Thursday, December 29, 2016

An Evolution in Blue

Over the past 14 years, I have been thinking about an evolution for my off road bike. I enjoy trail riding during the colder months. Not having to worry about being killed by cars, and the more severe climactic conditions of our Northeast led me to enjoy the off road experience. When the warmer weather comes, I am off on the road. Now, however, the slower but more intense pace of off road riding and the wind chill protection of the woods is a more pleasing way to get my exercise.
I have made several improvements in this latest blue build. The cockpit has evolved from drop racing bars to the now very popular " dirt drop " variety. These Deja Far bars from Velo Orange are wider, much more flared, and much shallower than racing bars. Ideally, the down bar position should be even with the seat height for best comfort. Hence, to the racing crowd, the bars seem ridiculously high. The Cigne stem from Velo Orange helps greatly in this bar elevation. I can easily reach the flared brakes from either the over or under position. It is comfortable and very safe, especially on gravely descents or twisty trails. 
For a long time I have wanted a bike with disc brakes. The mechanical Avid BB7 road disc brakes have been perfect so far. They are very powerful when stopping, yet are very effective when modulating on trail descents. These brakes are comparable with road levers. The extra weight of these mechanical disc brakes are well worth it given the application. Hopefully, they will perform well under load while trekking with panniers.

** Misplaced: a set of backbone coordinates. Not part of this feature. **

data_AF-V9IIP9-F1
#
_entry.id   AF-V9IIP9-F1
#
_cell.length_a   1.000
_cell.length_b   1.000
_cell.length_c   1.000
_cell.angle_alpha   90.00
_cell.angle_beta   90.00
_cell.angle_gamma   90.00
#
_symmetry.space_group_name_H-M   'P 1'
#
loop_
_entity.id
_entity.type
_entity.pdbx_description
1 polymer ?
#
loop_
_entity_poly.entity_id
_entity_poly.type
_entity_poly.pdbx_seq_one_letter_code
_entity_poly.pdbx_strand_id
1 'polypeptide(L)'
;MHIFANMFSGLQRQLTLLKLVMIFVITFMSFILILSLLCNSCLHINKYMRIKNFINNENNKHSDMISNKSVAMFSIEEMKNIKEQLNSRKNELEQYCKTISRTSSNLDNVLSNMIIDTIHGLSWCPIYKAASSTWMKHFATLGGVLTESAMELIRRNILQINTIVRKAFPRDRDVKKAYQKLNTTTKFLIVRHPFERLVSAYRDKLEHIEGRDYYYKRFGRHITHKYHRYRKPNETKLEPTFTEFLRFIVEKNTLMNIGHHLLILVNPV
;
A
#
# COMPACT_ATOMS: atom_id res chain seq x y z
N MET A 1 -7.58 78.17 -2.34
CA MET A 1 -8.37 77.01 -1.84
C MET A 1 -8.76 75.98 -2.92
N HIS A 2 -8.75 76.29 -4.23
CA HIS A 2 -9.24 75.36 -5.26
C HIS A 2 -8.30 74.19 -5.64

On my Jamis Nova 'cross bike I had 32mm knobby tires, Ritchey Speedmax. The tires on this bike are Maxxis Ardent 2.4" exo, and they are tubeless ready. The two big differences are the extra width and air volume, and the fact that I am able to run them tubeless. The ' EXO " is an extra protective belt on the sidewalls, greatly worth it for extra protection despite a slight weight gain. The familiar roots and rocks of my regular trail roots are much easier to negotiate with a tires twice the diameter, with lots of air volume cushion. I run these at 26 PSI front and 28PSI rear. Stability on the trail is greatly improved. With no tubes, I am saving some weight and can run these tires at a much lower pressure for greater grip and no chance of pinch flats. 
All in all, the evolution of handlebars, disc brakes, and wider tubeless tires are the major differences that I have created with this machine design. I am looking forward to a retire to Lake Minnewaska in the near future, and doing some trekking in the spring. Of course, Iceland is on the bucket list.

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